- The Washington Times - Tuesday, September 30, 2003

California state Sen. Tom McClintock’s campaign for governor in next week’s recall election has gained national visibility for the conservative Republican — but may not win him friends among party regulars.

Few dispute Mr. McClintock’s conservative credentials.

“He is an intellectually vigorous and consistent conservative,” said former state Republican Party Chairman Mike Schroeder.

“Tom McClintock is driven by issues, not by party,” said Steve Kinney, a Los Angeles-based Republican pollster who has known Mr. McClintock since 1982.



That’s the problem, say some Republican professionals. They foresee retaliation from the party establishment unless Mr. McClintock puts party over principle by dropping out in favor of actor and fellow Republican Arnold Schwarzenegger.

Revenge could be especially harsh if, by splitting the Republican vote, Mr. McClintock enables Democratic Lt. Gov. Cruz Bustamante to defeat Mr. Schwarzenegger in the vote to replace Gov. Gray Davis, a Democrat.

“His political future depends on what happens in this special election,” said Republican strategist Joe Schumate. “If he does not drop out — and I don’t think he will — and if Schwarzenegger loses by a few points, Tom will take the complete blame for it and be accused of consorting with Democrats. It will be bitter.”

Mr. McClintock, 46, has vowed repeatedly to stay in the race all the way to Tuesday’s vote.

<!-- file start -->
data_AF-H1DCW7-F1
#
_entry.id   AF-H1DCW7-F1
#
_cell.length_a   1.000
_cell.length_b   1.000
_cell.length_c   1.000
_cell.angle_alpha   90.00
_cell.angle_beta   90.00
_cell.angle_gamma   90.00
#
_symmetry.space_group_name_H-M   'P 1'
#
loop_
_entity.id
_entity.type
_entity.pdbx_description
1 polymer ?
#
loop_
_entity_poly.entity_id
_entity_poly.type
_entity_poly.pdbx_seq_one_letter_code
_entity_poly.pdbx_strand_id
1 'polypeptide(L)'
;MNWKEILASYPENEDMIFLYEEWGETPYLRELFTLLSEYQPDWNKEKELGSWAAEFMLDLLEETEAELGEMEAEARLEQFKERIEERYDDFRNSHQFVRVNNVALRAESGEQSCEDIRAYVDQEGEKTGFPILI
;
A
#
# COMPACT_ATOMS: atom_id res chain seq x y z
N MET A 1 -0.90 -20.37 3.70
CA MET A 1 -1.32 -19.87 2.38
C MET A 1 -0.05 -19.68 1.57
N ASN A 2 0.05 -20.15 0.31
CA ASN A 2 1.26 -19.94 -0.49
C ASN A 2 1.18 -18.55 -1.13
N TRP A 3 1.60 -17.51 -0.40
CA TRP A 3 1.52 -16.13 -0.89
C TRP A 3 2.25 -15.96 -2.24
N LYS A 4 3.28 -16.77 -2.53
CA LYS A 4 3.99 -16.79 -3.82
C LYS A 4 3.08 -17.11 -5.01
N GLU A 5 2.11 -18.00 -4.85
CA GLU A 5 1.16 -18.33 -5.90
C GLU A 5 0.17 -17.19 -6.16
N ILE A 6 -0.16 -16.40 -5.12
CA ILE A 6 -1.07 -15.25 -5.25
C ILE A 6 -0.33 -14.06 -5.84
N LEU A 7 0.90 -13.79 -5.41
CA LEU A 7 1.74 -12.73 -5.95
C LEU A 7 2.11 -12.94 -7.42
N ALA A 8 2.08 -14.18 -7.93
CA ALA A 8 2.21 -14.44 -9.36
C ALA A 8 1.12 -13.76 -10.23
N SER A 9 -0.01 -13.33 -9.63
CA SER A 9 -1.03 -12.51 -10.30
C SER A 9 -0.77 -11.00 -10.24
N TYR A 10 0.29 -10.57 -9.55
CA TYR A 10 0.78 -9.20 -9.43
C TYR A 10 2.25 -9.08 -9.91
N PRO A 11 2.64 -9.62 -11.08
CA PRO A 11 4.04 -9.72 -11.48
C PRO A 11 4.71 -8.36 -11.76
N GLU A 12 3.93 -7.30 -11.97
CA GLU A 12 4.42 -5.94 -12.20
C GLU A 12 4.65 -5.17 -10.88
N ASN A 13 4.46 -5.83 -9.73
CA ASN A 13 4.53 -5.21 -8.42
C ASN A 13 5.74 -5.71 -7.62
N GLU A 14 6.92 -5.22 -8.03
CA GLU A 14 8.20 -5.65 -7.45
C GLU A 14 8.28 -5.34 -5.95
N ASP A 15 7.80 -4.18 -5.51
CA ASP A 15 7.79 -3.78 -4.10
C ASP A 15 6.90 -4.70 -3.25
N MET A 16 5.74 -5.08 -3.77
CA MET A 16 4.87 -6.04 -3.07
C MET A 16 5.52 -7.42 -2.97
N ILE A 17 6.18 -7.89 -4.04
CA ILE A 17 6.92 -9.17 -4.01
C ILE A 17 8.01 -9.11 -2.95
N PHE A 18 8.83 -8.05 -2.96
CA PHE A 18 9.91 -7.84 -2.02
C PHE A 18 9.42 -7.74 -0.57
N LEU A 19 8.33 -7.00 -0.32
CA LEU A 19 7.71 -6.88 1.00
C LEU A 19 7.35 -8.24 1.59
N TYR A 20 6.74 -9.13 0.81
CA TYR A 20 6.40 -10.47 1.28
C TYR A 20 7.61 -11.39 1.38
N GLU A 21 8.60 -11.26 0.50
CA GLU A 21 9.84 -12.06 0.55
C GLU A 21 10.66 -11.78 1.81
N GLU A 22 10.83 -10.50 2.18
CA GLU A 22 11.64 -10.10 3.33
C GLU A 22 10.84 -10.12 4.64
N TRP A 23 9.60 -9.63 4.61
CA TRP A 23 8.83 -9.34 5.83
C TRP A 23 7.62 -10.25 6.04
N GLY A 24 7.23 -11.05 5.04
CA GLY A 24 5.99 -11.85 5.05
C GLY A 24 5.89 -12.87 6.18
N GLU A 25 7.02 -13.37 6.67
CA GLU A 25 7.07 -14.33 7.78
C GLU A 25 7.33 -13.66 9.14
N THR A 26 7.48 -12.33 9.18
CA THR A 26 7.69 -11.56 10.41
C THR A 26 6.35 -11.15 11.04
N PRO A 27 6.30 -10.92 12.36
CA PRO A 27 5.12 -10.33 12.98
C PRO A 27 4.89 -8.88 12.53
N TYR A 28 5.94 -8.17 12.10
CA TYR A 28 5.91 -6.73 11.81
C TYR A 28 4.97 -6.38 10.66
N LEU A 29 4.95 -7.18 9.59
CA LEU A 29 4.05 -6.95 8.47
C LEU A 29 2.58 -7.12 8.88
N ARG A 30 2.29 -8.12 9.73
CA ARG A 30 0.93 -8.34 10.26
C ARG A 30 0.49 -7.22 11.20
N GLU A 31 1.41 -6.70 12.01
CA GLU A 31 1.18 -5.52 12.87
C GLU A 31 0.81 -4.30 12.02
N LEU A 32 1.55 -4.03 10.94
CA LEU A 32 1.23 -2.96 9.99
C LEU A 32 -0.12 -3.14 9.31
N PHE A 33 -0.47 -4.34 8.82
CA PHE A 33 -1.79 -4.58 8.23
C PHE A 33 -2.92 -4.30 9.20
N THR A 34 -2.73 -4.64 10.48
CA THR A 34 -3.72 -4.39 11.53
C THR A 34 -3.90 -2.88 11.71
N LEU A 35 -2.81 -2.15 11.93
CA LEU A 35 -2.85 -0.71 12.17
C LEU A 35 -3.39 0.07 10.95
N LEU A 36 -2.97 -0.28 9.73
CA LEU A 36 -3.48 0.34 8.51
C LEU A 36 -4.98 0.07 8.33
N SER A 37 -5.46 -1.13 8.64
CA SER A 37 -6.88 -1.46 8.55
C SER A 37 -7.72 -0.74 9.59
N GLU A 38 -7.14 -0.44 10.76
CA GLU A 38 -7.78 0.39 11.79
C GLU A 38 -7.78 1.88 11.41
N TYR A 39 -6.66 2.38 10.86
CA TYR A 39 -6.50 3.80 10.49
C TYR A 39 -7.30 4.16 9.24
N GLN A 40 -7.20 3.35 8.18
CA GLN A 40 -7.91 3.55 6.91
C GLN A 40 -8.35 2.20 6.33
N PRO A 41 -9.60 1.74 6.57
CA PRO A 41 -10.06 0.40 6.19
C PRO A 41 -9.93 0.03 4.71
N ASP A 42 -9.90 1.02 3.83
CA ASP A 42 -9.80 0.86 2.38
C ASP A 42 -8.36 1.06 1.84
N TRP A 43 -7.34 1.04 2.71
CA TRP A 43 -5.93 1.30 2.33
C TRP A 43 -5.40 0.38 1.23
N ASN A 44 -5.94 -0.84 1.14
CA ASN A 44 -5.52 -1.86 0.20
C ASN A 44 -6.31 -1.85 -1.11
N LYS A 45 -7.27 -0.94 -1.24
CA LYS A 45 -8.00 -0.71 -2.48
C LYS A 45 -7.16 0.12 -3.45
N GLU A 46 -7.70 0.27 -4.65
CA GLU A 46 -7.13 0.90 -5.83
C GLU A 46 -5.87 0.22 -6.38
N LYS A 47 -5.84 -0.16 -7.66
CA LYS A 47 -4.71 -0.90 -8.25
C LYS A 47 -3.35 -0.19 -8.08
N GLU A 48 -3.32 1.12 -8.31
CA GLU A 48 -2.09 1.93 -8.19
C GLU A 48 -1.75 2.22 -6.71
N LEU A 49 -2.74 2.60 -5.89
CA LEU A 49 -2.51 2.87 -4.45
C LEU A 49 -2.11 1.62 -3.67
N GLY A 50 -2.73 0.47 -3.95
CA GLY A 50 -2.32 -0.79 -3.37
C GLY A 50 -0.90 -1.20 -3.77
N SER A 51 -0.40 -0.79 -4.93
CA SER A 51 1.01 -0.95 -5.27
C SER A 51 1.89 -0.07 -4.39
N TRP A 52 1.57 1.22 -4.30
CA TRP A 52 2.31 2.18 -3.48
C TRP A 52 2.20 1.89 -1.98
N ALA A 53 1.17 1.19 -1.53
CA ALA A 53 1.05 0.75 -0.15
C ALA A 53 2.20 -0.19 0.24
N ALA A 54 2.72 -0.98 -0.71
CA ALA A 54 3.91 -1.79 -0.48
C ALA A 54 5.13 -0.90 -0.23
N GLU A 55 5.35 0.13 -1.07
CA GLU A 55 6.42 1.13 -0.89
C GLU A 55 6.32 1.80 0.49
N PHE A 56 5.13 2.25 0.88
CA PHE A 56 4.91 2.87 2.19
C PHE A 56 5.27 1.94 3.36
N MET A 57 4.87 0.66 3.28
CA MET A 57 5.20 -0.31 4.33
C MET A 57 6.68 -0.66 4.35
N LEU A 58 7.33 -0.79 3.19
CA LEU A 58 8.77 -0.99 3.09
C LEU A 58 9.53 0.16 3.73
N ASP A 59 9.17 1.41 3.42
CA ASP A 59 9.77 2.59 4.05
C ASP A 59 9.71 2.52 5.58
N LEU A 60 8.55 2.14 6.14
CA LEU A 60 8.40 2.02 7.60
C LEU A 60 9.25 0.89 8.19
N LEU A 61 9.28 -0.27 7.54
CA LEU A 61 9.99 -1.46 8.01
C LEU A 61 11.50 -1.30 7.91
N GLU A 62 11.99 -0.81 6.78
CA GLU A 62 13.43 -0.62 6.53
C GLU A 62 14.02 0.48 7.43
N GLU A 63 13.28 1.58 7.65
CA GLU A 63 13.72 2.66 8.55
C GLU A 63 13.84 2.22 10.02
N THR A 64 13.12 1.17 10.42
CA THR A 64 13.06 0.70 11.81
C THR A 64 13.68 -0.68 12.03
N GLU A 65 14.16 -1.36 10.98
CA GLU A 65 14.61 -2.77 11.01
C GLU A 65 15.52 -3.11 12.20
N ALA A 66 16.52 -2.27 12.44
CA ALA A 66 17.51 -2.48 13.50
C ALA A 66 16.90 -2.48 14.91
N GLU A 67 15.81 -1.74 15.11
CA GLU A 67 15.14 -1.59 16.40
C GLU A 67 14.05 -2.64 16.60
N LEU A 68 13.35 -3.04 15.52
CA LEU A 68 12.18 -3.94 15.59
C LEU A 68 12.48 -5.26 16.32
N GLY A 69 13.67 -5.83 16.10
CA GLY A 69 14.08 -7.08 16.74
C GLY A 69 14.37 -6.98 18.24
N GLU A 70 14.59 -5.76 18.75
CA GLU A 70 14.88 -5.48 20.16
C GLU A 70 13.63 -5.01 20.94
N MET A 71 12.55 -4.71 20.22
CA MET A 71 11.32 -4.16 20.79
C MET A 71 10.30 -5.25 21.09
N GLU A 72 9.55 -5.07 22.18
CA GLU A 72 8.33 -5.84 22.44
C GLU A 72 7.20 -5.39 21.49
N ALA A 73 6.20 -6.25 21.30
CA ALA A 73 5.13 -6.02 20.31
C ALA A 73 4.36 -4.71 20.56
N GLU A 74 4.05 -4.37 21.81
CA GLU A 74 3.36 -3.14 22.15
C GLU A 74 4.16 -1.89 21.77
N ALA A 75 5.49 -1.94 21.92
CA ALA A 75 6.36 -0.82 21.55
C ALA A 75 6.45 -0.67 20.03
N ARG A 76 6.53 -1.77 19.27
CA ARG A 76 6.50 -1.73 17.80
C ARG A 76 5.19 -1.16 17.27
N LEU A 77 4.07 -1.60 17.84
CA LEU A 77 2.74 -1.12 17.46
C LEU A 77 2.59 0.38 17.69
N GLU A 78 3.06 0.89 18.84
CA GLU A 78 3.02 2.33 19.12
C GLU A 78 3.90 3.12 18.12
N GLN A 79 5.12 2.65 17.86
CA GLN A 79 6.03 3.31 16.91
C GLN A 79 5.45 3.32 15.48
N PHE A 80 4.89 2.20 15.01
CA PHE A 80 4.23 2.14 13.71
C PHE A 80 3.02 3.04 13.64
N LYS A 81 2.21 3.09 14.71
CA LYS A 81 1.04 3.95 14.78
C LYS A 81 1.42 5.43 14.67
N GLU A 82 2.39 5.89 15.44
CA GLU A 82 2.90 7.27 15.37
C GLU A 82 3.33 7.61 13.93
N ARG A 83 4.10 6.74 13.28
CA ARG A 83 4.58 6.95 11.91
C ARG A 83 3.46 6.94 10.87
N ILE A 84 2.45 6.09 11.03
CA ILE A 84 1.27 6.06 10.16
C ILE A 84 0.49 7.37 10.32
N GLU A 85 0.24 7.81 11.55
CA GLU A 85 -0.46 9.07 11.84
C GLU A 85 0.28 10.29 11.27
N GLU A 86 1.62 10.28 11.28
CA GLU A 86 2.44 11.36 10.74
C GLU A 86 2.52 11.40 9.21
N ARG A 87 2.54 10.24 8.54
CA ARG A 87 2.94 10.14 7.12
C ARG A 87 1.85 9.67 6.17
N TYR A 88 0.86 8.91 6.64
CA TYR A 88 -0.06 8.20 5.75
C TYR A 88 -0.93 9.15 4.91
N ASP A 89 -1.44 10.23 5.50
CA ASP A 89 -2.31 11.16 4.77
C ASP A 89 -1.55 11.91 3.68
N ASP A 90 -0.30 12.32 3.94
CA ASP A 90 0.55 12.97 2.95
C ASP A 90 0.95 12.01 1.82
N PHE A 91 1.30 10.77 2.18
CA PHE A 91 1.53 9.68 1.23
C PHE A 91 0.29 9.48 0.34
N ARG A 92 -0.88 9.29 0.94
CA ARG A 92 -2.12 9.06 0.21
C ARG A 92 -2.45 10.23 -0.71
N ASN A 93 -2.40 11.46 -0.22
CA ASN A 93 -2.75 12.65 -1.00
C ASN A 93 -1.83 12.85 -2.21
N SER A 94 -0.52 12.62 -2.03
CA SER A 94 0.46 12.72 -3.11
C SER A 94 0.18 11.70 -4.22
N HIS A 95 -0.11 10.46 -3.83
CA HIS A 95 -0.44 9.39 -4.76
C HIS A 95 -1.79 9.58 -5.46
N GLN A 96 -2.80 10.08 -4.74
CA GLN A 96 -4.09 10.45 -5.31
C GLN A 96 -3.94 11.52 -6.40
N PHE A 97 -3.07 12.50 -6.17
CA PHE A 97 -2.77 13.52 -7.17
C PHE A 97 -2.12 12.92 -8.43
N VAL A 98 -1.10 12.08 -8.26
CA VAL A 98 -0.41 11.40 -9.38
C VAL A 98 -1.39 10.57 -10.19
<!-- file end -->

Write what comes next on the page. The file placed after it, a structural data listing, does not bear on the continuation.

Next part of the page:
If not elected governor, Mr. McClintock will face a state Senate re-election next year. Retaliation for a Schwarzenegger loss could come in the form of a March primary challenge by a more liberal Republican candidate, financed and supported by the party establishment. If Mr. McClintock is renominated for the state Senate, he is likely to face a popular Democrat as his opponent and could ill afford to be undermined by his own party.

But the structure of the state’s Republican Party is weak. No one figure dominates statewide. That is why the “party organization can’t do very much to retaliate, but people who fund the party and support the candidates can,” said Mr. Schumate.

Mr. McClintock’s district, Santa Barbara County, “is a hotbed of moderate Republicans who will turn on another Republican if they think he is too conservative,” said Republican strategist Allan Hoffenblum.

“If he does drop out, the party will do everything it can to hold on to that Senate seat — starting with Governor Schwarzenegger endorsing him and making sure a well-financed moderate doesn’t go against him in the primary,” Mr. Hoffenblum said.

Mr. McClintock has tangled with governors, including Republicans, over taxes and spending. Admirers and detractors alike said he shined last week in a five-candidate debate that included Mr. Schwarzenegger, who is leading in the latest poll, and Mr. Bustamante, who is running third behind Mr. McClintock.

Although he says he is a social conservative, the issues Mr. McClintock most fiercely espouses “relate to fiscal matters more than to social matters , and he can be pretty uncompromising on those tax-and-spend issues,” says Mr. Kinney, the Republican pollster.

Mr. McClintock, who was defeated twice for state controller, complained that he didn’t have the financial backing to win. But some Republicans say that his intransigence on policy and principles puts off potential donors, even those on the right.

Both Mr. Kinney and former state Republican Party Chairman Shawn Steel said Mr. McClintock should stay in the race.

“I just fear that if he drops out, his core vote of about 10 percent could very easily vote ‘no’ on the recall — enough to kill it according to some polls,” Mr. Kinney said.

“There’s no reason for Tom to drop out. If anything, he will be the conscience of the party,” said Mr. Steel.

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